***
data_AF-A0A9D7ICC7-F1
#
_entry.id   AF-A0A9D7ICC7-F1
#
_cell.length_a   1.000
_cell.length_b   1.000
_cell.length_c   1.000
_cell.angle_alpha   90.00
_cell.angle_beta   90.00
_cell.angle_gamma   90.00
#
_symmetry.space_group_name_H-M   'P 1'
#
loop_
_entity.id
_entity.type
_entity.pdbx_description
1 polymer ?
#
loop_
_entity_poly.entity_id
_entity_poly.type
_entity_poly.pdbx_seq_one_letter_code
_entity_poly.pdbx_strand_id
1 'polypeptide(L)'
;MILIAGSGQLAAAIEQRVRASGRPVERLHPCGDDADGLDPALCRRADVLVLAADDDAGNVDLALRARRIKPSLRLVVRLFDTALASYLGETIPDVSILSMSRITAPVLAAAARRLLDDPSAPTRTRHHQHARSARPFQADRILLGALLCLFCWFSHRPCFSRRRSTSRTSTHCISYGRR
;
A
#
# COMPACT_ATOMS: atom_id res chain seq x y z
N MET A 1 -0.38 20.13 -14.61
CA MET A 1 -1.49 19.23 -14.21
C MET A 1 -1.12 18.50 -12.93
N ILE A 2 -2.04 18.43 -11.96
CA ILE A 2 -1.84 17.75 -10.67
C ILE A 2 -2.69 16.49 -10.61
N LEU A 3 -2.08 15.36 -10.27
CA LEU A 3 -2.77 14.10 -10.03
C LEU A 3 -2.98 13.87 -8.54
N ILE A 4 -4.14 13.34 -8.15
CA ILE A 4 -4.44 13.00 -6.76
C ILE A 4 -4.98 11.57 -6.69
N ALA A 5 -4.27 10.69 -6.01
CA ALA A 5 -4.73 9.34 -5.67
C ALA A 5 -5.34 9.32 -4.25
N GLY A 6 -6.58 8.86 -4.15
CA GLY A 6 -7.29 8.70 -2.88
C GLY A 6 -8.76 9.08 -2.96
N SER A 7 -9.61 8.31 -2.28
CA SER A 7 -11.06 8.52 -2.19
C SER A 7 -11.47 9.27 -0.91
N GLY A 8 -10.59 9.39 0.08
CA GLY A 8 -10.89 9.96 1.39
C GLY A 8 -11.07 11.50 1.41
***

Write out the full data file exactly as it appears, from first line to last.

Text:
data_AF-A0A9D7ICC7-F1
#
_entry.id   AF-A0A9D7ICC7-F1
#
_cell.length_a   1.000
_cell.length_b   1.000
_cell.length_c   1.000
_cell.angle_alpha   90.00
_cell.angle_beta   90.00
_cell.angle_gamma   90.00
#
_symmetry.space_group_name_H-M   'P 1'
#
loop_
_entity.id
_entity.type
_entity.pdbx_description
1 polymer ?
#
loop_
_entity_poly.entity_id
_entity_poly.type
_entity_poly.pdbx_seq_one_letter_code
_entity_poly.pdbx_strand_id
1 'polypeptide(L)'
;MILIAGSGQLAAAIEQRVRASGRPVERLHPCGDDADGLDPALCRRADVLVLAADDDAGNVDLALRARRIKPSLRLVVRLFDTALASYLGETIPDVSILSMSRITAPVLAAAARRLLDDPSAPTRTRHHQHARSARPFQADRILLGALLCLFCWFSHRPCFSRRRSTSRTSTHCISYGRR
;
A
#
# COMPACT_ATOMS: atom_id res chain seq x y z
N MET A 1 -0.38 20.13 -14.61
CA MET A 1 -1.49 19.23 -14.21
C MET A 1 -1.12 18.50 -12.93
N ILE A 2 -2.04 18.43 -11.96
CA ILE A 2 -1.84 17.75 -10.67
C ILE A 2 -2.69 16.49 -10.61
N LEU A 3 -2.08 15.36 -10.27
CA LEU A 3 -2.77 14.10 -10.03
C LEU A 3 -2.98 13.87 -8.54
N ILE A 4 -4.14 13.34 -8.15
CA ILE A 4 -4.44 13.00 -6.76
C ILE A 4 -4.98 11.57 -6.69
N ALA A 5 -4.27 10.69 -6.01
CA ALA A 5 -4.73 9.34 -5.67
C ALA A 5 -5.34 9.32 -4.25
N GLY A 6 -6.58 8.86 -4.15
CA GLY A 6 -7.29 8.70 -2.88
C GLY A 6 -8.76 9.08 -2.96
N SER A 7 -9.61 8.31 -2.28
CA SER A 7 -11.06 8.52 -2.19
C SER A 7 -11.47 9.27 -0.91
N GLY A 8 -10.59 9.39 0.08
CA GLY A 8 -10.89 9.96 1.39
C GLY A 8 -11.07 11.50 1.41